Brexit


#683

So May has offered to quit in return for her plan being passed. That seems bizarre. Even more bizarrely, it has prompted some “No” voters to switch sides and declare they’d now vote it! That’s a disgrace, either the deal is a decent one or it’s not.

But the DUP have just declared that they cannot vote for May’s deal because the timeless backstop is still in existence. So it looks likely that Mays deal won’t come back to the House.

It seems Labour is now formally wanting a second referendum, which has prompted one shadow minister to quit and may lead to several more.

Parliament have just voted to delay Brexit -as expected and as per the EU agreement last week - and it sounds like the votes on what comes next won’t be held until Monday. Roughly 20% voted NOT to delay, which probably gives an indication of how many hard-brexit proponents there are in the Commons.


#684

Here are the indicative votes for various options. I’m not across the full import of each one.

Option B: a no-deal Brexit on April 12 – votes in favour 160, against 400

Option D: - Common Market 2.0 – votes in favour 188, against 283

Option H: single market membership – votes in favour 65, against 377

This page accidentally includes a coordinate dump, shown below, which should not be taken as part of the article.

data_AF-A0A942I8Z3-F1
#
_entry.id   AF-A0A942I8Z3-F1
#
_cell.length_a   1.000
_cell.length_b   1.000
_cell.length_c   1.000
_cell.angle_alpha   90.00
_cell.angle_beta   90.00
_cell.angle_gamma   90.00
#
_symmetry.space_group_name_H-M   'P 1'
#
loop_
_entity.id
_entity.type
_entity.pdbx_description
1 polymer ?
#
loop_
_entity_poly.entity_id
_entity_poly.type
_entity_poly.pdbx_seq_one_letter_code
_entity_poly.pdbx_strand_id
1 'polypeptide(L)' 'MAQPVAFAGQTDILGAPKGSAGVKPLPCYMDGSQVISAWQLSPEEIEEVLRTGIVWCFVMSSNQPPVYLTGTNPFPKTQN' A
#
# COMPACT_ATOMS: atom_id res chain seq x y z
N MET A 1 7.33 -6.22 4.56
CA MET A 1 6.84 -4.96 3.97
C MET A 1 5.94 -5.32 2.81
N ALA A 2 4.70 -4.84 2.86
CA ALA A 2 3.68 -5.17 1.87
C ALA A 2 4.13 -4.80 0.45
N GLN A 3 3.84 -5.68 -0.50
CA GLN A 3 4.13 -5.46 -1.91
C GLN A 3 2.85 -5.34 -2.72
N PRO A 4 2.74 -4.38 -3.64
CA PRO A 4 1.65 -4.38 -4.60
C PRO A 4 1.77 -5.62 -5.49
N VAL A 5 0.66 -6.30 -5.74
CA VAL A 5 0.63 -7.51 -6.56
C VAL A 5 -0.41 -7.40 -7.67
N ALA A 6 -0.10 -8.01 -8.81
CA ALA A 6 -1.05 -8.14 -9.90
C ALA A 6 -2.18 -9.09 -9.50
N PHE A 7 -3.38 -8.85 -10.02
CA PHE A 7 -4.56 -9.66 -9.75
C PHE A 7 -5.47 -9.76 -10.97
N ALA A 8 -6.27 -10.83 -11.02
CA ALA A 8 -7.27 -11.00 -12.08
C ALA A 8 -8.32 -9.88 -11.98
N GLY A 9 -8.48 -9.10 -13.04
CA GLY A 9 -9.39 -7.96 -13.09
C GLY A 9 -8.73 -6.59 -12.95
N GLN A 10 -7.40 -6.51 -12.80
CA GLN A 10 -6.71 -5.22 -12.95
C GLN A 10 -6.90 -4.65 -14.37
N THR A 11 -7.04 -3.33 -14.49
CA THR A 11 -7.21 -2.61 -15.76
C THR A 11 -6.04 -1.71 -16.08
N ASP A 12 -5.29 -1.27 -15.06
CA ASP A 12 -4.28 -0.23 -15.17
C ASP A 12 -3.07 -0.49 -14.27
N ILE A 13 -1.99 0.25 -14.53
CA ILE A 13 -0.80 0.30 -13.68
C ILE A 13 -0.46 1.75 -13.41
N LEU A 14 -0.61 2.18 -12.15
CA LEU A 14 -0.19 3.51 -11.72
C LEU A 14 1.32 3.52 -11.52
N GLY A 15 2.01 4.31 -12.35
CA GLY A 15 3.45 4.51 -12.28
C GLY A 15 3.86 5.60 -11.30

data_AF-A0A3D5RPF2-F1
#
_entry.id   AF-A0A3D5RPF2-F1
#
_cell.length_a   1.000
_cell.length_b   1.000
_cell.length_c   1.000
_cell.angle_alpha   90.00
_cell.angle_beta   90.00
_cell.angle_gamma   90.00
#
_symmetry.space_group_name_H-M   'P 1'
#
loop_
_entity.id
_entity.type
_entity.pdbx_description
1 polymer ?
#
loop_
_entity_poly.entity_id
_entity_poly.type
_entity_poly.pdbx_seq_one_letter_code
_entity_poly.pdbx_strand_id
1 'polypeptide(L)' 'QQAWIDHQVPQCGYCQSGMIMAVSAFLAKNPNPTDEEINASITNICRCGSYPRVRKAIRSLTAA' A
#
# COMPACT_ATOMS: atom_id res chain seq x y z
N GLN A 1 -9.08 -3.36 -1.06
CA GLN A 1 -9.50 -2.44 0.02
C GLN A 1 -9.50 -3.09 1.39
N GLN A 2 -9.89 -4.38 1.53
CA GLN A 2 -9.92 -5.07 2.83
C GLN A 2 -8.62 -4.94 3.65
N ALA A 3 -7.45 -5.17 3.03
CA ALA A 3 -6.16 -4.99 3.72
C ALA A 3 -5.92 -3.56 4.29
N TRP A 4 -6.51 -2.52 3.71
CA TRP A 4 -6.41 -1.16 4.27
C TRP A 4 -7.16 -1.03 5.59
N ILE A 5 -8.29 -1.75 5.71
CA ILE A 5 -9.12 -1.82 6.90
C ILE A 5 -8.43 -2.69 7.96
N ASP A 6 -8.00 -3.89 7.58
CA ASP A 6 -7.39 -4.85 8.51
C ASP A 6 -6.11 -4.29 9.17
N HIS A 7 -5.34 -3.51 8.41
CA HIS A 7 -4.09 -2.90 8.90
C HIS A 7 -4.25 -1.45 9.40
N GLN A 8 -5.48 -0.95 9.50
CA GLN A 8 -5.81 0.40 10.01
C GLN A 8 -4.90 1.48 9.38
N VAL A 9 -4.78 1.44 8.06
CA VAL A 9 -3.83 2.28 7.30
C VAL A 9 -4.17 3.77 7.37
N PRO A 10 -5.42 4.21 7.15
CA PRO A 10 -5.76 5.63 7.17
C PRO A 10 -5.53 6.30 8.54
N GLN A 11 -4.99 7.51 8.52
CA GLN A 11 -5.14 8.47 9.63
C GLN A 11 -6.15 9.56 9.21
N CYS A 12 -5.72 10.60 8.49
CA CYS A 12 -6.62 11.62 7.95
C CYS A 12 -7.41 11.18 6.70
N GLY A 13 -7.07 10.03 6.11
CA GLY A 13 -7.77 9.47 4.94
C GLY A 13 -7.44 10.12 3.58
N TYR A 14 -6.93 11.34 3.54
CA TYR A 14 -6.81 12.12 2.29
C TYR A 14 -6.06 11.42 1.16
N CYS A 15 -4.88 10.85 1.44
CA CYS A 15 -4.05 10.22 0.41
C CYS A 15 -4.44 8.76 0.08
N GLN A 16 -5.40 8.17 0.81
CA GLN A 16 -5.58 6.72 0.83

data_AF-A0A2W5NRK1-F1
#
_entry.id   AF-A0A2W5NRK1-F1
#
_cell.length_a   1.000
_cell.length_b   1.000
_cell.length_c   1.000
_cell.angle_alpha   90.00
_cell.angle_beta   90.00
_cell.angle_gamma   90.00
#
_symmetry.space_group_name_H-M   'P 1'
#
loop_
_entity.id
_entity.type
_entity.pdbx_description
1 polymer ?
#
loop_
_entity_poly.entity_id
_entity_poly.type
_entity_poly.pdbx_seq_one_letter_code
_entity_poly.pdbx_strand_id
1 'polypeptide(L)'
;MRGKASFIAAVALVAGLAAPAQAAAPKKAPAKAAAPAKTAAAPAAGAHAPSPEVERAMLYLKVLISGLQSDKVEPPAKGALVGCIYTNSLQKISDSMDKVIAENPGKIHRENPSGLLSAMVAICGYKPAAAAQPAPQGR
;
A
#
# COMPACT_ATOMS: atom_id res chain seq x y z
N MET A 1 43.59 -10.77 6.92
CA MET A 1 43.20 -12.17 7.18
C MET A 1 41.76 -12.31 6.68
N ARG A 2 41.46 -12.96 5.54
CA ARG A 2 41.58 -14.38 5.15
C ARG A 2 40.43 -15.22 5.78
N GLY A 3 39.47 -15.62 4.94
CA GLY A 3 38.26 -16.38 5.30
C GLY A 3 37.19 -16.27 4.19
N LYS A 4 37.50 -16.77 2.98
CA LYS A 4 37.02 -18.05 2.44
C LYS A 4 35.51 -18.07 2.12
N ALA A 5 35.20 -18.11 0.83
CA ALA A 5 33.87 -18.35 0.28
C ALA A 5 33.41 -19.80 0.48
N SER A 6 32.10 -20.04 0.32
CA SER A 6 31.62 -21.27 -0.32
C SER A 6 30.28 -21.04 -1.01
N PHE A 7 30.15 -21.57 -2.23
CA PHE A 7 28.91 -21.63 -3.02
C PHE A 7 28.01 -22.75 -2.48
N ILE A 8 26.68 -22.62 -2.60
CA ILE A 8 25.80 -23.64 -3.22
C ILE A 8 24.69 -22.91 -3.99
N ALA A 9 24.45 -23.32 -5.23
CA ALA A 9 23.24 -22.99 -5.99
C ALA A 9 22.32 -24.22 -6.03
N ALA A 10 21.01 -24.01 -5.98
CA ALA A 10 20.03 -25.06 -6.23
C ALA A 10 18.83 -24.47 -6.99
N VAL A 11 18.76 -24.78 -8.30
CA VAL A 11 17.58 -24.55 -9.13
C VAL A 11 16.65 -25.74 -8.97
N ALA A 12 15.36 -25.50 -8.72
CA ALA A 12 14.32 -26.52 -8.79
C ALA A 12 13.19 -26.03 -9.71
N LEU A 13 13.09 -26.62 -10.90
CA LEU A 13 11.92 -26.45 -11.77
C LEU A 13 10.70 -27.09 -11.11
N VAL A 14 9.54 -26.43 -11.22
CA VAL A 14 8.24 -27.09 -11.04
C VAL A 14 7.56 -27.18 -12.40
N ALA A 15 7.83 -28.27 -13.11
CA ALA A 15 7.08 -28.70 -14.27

Option J: customs union with the EU – votes in favour 264, against 272

Option K: Labour’s plan for an alternative Brexit deal – votes in favour 237, against 307

Option L: revoke Article 50 if the alternative is a no-deal Brexit – votes in favour 184, against 293

Option M: second referendum – votes in favour 268, against 295

Option O: future trading relationship with the EU in case of a no-deal Brexit– votes in favour 139, against 422


#685

So:

They voted against a No Deal exit.

They also voted against junking Article 50 if no-deal was the only option! Errr,…

They narrowly voted against a second ref.

They voted against staying in the Common Market.

They voted narrowly against staying in a Customs Union.

They voted against Labours version of a deal (which doesn’t exist yet?)

And as for Option O, I don’t really know what that means but they shitcanned it anyway. Are they saying that if they leave without a deal, they DONT want a trading relationship with the EU!?

Lol.


#686

4 year old: I’m Starving!

Parent: What do you want for dinner

4 year old: Don’t Know!

Sausages?

NO!

Hamburgers?

NO!

Spaghetti?

NO!

Fish?

NO!

Soup?

NO!

THEN FARK OFF HUNGRY, YOU LITTLE SHITGIBBON.


#687